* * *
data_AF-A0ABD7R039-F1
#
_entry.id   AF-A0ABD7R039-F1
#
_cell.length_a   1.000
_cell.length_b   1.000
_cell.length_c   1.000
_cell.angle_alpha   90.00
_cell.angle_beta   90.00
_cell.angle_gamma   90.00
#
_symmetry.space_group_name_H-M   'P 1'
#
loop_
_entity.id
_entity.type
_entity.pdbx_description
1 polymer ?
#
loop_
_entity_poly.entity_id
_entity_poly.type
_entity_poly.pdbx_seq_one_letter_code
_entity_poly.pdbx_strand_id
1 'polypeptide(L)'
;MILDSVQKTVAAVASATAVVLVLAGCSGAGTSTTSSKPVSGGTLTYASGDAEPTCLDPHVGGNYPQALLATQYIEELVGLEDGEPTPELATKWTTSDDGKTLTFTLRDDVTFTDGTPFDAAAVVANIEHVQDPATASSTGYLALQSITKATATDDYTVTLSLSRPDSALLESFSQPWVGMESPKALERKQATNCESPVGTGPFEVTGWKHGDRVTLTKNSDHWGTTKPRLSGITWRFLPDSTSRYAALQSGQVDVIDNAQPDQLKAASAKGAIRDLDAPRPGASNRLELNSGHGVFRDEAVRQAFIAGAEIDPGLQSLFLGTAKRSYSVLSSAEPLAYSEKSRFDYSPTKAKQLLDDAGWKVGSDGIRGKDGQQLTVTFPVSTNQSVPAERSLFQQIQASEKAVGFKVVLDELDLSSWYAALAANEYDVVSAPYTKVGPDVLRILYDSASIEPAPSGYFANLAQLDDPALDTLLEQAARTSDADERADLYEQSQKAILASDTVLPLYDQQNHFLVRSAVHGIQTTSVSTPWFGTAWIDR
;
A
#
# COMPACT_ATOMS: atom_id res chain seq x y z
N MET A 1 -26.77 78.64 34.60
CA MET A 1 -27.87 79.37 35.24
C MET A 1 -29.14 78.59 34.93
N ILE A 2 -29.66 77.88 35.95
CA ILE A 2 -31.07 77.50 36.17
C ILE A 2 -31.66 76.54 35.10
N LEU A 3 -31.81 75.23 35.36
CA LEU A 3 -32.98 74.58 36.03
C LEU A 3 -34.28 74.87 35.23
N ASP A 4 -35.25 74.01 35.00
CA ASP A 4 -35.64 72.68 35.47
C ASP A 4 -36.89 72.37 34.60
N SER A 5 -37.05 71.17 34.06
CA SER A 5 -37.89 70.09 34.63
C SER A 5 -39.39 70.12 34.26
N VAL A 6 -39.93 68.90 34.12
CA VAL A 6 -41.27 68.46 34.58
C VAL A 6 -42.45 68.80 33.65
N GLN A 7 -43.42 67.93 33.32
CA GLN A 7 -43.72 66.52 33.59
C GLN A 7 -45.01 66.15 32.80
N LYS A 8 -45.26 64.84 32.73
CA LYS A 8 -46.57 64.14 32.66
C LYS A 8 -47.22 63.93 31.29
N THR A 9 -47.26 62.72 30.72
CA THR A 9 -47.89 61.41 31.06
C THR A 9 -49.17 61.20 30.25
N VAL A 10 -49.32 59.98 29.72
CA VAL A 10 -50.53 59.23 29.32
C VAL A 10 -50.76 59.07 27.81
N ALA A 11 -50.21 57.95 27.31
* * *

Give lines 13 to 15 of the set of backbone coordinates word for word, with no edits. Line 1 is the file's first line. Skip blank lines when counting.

#
loop_
_entity.id